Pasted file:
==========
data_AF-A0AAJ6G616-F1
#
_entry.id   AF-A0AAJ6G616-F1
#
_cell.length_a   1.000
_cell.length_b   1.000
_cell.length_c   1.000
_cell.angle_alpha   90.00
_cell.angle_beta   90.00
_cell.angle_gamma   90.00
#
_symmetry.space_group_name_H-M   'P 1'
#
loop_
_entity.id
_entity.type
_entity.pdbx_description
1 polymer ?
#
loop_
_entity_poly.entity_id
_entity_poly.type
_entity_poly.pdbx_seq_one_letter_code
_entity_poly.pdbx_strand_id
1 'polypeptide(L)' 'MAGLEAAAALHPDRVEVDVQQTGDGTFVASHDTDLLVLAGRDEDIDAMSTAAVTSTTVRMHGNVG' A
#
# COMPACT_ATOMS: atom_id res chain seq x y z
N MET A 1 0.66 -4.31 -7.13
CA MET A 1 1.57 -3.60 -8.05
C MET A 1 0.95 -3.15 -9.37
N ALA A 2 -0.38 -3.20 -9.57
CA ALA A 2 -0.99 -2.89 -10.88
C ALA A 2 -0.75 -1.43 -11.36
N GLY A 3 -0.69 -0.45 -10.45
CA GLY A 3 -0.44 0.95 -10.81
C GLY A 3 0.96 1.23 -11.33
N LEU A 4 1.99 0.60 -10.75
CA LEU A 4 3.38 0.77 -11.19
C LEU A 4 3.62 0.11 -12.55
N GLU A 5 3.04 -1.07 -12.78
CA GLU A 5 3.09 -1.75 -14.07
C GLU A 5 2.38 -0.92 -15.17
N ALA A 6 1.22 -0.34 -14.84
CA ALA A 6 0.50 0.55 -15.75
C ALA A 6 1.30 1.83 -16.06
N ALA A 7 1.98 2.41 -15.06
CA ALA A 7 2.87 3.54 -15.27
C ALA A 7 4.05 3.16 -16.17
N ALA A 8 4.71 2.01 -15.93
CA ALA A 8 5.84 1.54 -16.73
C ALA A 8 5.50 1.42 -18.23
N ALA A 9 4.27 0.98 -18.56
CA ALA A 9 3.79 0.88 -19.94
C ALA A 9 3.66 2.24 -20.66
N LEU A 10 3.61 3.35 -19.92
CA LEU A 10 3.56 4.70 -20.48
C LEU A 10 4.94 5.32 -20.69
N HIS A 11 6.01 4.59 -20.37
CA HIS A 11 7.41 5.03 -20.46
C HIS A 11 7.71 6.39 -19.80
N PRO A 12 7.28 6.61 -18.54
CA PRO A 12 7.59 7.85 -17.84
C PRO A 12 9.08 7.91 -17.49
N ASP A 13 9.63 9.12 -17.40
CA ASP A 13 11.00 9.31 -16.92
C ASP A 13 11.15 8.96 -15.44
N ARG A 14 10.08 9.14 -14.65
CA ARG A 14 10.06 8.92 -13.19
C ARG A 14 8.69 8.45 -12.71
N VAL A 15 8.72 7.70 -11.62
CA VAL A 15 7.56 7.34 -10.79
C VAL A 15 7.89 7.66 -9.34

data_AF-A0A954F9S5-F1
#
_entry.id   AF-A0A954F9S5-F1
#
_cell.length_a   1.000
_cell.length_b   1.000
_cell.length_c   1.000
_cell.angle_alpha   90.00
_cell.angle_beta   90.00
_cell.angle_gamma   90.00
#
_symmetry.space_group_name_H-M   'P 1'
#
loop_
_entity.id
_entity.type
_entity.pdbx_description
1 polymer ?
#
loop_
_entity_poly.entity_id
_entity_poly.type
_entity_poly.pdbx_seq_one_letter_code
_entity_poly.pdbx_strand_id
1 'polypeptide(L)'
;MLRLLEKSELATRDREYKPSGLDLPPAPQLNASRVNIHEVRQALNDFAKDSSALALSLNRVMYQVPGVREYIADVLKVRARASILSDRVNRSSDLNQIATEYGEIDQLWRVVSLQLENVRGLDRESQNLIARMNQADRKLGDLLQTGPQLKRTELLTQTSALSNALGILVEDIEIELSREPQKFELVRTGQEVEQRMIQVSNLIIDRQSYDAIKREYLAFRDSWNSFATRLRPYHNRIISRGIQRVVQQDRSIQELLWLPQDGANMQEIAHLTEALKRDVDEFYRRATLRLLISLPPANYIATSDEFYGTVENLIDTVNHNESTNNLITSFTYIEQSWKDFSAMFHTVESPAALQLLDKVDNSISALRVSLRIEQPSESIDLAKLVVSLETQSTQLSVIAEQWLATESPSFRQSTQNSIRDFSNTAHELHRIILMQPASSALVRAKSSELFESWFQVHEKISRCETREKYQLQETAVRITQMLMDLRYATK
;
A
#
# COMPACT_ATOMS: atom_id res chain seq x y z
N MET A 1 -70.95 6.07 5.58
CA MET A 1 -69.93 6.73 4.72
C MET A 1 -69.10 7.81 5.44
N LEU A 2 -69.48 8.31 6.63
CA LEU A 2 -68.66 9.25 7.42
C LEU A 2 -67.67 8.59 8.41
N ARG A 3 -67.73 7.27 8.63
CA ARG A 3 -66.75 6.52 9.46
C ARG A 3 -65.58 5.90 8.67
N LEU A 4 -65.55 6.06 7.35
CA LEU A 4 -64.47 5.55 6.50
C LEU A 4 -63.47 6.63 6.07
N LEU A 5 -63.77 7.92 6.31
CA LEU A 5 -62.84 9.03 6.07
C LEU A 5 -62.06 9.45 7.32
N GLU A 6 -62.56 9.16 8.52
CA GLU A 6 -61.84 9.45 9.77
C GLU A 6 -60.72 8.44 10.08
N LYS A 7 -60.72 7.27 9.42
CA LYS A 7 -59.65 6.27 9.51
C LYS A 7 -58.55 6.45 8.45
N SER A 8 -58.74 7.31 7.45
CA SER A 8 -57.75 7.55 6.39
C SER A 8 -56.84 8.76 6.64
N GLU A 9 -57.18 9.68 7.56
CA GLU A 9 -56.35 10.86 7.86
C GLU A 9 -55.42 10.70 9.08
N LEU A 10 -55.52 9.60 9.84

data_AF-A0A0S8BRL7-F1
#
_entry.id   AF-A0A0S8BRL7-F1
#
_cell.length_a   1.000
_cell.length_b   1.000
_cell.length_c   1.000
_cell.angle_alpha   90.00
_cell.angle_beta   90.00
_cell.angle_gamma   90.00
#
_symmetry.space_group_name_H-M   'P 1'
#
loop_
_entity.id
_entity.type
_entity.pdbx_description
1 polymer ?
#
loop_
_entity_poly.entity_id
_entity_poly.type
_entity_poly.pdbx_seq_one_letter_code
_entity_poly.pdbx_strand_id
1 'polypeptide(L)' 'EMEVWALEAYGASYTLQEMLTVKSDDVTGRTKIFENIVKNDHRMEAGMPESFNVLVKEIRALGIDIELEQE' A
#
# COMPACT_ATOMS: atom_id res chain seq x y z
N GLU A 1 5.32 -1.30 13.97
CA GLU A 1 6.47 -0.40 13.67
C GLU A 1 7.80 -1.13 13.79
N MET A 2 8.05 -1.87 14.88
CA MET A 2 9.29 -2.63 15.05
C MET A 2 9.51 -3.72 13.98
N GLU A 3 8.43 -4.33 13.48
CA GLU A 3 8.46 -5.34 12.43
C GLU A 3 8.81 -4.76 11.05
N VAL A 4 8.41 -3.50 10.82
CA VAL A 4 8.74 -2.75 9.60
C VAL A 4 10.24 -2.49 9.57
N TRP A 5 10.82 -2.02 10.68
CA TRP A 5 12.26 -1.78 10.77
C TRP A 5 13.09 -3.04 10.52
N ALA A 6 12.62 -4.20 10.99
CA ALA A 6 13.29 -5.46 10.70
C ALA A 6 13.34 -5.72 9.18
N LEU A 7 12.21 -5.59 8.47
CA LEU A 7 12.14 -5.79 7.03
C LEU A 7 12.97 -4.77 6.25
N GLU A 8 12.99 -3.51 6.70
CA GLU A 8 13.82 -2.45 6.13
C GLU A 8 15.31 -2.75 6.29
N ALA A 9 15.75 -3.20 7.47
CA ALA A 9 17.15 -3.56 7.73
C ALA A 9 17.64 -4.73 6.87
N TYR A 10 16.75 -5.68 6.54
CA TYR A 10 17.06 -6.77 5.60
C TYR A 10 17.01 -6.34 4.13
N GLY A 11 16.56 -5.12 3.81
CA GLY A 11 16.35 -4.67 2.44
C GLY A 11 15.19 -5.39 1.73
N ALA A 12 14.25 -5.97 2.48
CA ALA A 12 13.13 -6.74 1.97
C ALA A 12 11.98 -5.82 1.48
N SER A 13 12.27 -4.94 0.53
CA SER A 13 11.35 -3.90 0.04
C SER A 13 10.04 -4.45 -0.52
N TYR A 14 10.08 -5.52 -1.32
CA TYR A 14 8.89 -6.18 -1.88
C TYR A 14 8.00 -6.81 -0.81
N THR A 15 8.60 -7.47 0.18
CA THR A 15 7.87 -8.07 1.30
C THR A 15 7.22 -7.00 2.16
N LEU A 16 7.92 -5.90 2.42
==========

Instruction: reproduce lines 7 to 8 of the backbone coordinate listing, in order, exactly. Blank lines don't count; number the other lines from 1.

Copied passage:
_cell.length_c   1.000
_cell.angle_alpha   90.00